SAP Cloud has never seen much adoption, and framing it in this way is how SAP has been cloud washing its revenues, as we cover in the article Is the SAP HANA Cloud Platform Designed for Cloud Washing?
Unless the point is to have extremely controllable individuals that Hasso can puppeteer, this is the only way the selection of these two individuals makes sense. Both of these people are just overjoyed to have this job and will likely do anything they are told.
Christian Klein’s LinkedIn Article
Christian introduced himself with this LinkedIn article.
“Today we are humbled to succeed Hasso Plattner, Dietmar Hopp, Henning Kagermann, Leo Apotheker, Jim Hagemann Snabe and Bill McDermott as CEOs of SAP. When we were first notified of our new appointment, our first reaction to the news – beyond a sense of immense pride and gratitude – was this means that Bill would no longer be CEO of SAP. It’s tough for us to imagine SAP without Bill.
Naturally, we asked Bill – “what’s the story?” He was very candid with us. He talked openly about how much he loves this company and that he really wanted to do the right thing by handing the reins to a new generation while the company is in such strong position.
Like Bill, we deeply believe in SAP, its people and its products. The three most meaningful letters on our business cards won’t be CEO – they are and will remain SAP.
And then he has to, of course, praise Hasso Plattner and Bill McDermott. This is mandatory.
You’ve heard the phrase “standing on the shoulders of giants.” In Chairman Hasso Plattner and Bill McDermott, we have two such giants. That they both believe in our potential as Co-CEOs means so much to us. To Bill, there is more to say than we can accomplish in this post. His leadership has inspired SAP to do what few ever thought we could achieve. He challenged us, motivated us and called on us to embrace his optimistic view of the world. We look forward to celebrating and thanking him in the days and weeks ahead.
Most importantly, the best is yet to come for SAP. Together with our full leadership team, we intend to empower everyone here to achieve even greater ambitions. Whether it’s forging the ethical boundaries of artificial intelligence, helping our customers reduce carbon emissions, or building a new middle class, SAP belongs in the center of a better world.
And we will do it together – with our global colleagues, customers, partners and other stakeholders.
It’s a profound honor to be the next CEOs of SAP. We look forward to continuing our mission of helping the world run better and improving people’s lives.”
After Christian wrote this short and rather content-free article, the SAP sycophants lined up to pay “tribute” to their new leaders.
Hmmm..beginning to notice something similar between the various comments?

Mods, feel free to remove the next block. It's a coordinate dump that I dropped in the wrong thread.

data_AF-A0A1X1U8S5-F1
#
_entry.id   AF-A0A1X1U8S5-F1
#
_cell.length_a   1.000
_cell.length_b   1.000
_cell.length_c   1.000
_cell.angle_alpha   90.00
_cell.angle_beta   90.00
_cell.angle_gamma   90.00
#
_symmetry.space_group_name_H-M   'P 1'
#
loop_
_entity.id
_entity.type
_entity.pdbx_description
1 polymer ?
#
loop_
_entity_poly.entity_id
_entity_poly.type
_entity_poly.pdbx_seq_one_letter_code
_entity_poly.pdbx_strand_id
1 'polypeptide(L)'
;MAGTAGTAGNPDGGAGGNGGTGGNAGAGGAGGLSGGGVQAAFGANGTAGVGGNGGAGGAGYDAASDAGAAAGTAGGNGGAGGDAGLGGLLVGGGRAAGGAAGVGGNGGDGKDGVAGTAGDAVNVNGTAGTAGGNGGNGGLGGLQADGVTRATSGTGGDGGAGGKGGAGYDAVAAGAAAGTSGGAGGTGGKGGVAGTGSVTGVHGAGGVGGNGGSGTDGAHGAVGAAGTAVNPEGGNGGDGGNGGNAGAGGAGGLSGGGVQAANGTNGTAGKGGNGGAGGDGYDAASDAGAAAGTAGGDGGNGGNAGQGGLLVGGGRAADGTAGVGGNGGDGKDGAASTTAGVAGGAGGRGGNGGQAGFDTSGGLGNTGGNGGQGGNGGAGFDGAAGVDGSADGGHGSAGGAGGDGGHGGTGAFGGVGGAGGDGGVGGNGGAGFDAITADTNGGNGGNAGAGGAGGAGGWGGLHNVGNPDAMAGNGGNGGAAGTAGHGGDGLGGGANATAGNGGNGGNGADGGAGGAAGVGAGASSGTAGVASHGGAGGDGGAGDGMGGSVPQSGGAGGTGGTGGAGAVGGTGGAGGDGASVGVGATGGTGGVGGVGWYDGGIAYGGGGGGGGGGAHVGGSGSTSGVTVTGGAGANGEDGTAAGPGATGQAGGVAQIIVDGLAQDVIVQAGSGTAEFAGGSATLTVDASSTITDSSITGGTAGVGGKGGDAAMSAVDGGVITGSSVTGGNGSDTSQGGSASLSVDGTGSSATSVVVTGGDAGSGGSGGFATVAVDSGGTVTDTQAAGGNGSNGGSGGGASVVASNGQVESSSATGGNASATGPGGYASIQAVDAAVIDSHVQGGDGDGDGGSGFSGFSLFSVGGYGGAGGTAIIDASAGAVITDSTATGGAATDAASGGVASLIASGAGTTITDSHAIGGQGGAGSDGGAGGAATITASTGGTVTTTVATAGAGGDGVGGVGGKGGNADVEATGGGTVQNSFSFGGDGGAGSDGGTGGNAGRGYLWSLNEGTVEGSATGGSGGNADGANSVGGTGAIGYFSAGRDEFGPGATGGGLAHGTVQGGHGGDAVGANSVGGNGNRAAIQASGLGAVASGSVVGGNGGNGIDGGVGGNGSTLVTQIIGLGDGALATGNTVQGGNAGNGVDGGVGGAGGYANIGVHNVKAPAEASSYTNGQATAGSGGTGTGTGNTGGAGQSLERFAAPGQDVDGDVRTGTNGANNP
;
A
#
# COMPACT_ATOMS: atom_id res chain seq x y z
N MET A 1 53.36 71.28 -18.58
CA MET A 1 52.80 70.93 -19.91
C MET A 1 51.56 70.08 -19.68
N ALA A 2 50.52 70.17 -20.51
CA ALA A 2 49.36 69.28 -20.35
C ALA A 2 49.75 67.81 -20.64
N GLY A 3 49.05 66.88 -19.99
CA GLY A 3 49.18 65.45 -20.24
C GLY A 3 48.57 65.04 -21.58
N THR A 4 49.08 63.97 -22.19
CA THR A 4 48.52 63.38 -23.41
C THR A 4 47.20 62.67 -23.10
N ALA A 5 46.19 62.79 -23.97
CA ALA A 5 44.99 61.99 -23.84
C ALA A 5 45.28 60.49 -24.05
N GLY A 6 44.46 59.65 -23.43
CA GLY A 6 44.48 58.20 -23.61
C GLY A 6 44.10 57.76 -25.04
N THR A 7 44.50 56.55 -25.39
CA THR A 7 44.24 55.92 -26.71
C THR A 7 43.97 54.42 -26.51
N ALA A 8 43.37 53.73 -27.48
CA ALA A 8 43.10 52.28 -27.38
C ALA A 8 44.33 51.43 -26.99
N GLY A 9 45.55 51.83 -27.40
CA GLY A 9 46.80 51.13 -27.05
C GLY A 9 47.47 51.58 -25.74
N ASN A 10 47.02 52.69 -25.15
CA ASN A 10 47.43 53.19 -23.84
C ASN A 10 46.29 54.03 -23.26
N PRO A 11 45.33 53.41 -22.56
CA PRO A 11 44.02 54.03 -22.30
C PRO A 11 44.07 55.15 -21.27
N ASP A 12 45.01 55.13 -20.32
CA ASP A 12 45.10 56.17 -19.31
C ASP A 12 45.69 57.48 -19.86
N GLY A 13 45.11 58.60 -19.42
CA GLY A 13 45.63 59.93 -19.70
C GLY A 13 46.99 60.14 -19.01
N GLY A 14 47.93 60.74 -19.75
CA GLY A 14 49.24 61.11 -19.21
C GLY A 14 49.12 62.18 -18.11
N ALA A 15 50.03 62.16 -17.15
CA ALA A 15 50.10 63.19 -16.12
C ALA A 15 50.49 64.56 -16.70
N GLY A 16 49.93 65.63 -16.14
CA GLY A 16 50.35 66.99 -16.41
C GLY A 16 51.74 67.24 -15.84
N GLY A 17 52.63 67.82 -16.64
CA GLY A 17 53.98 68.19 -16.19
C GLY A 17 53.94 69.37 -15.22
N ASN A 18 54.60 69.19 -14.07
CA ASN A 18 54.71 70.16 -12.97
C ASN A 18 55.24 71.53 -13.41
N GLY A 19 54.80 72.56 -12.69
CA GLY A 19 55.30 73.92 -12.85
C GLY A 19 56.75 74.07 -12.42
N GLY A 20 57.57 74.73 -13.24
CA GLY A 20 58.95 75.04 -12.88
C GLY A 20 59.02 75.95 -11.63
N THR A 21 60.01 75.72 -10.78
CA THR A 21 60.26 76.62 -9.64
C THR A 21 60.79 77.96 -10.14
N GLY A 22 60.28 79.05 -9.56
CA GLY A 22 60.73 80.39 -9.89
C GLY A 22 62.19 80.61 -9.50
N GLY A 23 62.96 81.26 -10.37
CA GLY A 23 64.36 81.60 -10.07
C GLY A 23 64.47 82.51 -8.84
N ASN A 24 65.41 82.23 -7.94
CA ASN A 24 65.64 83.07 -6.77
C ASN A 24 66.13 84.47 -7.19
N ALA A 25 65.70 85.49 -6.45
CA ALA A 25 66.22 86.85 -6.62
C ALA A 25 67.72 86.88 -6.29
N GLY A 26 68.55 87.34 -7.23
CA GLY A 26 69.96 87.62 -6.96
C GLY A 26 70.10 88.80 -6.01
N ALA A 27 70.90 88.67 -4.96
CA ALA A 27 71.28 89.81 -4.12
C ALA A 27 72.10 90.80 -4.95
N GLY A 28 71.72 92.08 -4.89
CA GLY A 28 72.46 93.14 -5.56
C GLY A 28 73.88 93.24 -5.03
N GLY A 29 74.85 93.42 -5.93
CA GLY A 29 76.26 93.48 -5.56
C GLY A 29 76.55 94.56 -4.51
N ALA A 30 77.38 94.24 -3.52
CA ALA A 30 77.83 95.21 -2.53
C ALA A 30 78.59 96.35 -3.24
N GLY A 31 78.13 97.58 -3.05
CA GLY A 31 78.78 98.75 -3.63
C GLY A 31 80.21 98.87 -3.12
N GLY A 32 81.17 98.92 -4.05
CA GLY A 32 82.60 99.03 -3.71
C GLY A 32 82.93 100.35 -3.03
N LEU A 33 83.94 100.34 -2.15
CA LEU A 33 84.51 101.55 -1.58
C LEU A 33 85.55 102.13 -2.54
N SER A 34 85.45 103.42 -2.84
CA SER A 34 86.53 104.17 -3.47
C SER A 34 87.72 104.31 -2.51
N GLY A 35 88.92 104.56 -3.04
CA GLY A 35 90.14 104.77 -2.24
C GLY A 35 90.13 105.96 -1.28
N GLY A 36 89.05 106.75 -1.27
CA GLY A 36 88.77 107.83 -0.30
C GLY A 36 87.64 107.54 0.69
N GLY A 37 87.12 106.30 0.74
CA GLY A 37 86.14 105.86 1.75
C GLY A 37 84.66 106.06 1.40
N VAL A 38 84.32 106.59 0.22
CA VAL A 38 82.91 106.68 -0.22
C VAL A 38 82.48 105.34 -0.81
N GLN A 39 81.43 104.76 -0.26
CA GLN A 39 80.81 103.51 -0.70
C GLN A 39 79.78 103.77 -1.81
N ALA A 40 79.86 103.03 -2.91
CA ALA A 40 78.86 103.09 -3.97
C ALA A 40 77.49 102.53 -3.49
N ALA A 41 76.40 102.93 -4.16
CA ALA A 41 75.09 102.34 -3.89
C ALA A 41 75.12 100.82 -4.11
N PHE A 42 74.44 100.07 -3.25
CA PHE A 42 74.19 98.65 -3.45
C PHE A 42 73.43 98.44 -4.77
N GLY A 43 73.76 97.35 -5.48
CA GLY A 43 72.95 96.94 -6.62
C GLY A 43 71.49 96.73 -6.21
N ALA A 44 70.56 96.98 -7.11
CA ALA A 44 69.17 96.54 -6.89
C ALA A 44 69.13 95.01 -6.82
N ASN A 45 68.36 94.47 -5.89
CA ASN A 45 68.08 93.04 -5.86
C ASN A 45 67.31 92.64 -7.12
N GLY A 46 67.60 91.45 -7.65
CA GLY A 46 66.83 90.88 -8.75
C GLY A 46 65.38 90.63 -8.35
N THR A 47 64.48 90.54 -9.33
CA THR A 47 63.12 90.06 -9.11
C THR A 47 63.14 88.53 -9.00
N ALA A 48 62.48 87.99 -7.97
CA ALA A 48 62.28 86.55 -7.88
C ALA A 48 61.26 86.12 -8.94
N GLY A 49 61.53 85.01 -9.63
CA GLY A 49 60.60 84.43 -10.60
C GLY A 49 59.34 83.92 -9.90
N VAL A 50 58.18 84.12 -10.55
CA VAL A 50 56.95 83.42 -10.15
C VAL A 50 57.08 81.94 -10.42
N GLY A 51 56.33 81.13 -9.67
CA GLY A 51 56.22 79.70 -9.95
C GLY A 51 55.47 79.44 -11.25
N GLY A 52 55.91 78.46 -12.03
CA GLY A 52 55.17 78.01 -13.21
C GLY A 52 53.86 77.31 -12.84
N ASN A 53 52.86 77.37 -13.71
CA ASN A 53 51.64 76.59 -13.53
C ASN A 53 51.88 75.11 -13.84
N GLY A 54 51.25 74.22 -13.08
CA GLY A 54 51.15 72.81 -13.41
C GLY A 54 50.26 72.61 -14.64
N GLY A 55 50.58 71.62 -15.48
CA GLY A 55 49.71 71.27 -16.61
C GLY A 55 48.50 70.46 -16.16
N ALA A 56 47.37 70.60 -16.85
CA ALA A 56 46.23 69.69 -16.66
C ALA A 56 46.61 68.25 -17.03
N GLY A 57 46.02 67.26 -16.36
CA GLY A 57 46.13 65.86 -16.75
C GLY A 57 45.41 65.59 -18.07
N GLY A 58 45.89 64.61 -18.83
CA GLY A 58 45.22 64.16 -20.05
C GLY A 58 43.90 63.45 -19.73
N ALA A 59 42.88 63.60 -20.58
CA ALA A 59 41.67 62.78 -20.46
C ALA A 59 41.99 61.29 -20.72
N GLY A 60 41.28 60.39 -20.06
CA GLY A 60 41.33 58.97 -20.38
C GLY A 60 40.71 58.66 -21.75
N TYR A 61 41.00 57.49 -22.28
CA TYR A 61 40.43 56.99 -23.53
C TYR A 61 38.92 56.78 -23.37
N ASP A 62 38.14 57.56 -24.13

You have to wonder about the comments “well deserved.” Are these SAP resources familiar with Christian’s work? Are they qualified to analyze Christian’s financial statements to know how good these statements are? Christian has been a controller and COO — these resources are familiar enough to know if this was well deserved? Isabel Brenner calls this a “grand team.”
Virtually all of the emails look the same. This demonstrates both the sociopathy that is so alive and well in the SAP community and why my accuracy in predicting SAP (see the list of our predictions versus SAP in the article A Study into SAP’s Accuracy) is in part based upon ignoring most SAP resources.
McDermott Leaving an Extension of Firings In March of 2019?
We covered in the article the SAP Layoffs and a Brightwork Warning on HANA (and article which was extremely unpopular with SAP resources and consultants) that the layoffs were in specific areas where we had said for years that SAP was underperforming, including HANA. This article caused several SAP consultants to lose their minds, including Barbel Winkler, who accused Brightwork of distributing fake news. Is Bärbel Winkler Correct the Brightwork SAP Layoff Article Was Fake News?
They were particularly offended that I explained that Hasso Plattner has been passing off an honorary Ph.D. as a real Ph.D.. Does SAP’s Hasso Plattner Have a Ph.D.?
Many SAP devotees viewed this as incredibly disrespectful, to point out. Several defended the practice, as I covered in the article It’s Official If You Work for SAP Its Ok to Lie About Having a Ph.D. Hasso was unbowed and later referred to 200 peer-reviewed studies to support his contentions, which I then researched and found did not exist How Accurate Was Hasso Plattner About SAP HANA Publications?
You see, Barbel Winkler and other SAP consultants are pleased to listen to any number of false claims by SAP, but an independent entity calling out SAP on lying is just too much for her. And she provided an aggressive and evidence-free response. So it is official, Hasso can never be contradicted according to SAP resources. Even when he is entirely wrong, he is still right because calling him out on falsehoods can be critiqued as not appropriately respectful. One SAP consultant claimed he was…
“So angry about the personal nature of the article, and I can’t focus on contradicting the claim.”
I am thinking of coming up with some type of body pillow that SAP consultants and sales reps can hug when their circuits are overloaded. They can then embrace their “binky.”
Many executives left SAP at that time, including Rob Enslin, Bernd Leukert, Barry Padgett, Rich Heilman, and Thomas Jung, as pointed out by ZDNet. The response from SAP resources was that we should not write this about inhumane (and potentially a violation of the UN’s Declaration on Human Rights?). As we cover in the article Is It Inhumane to Discuss HANA’s Lies on Post About Job Losses?
The Problem with the Qualtrics Acquisition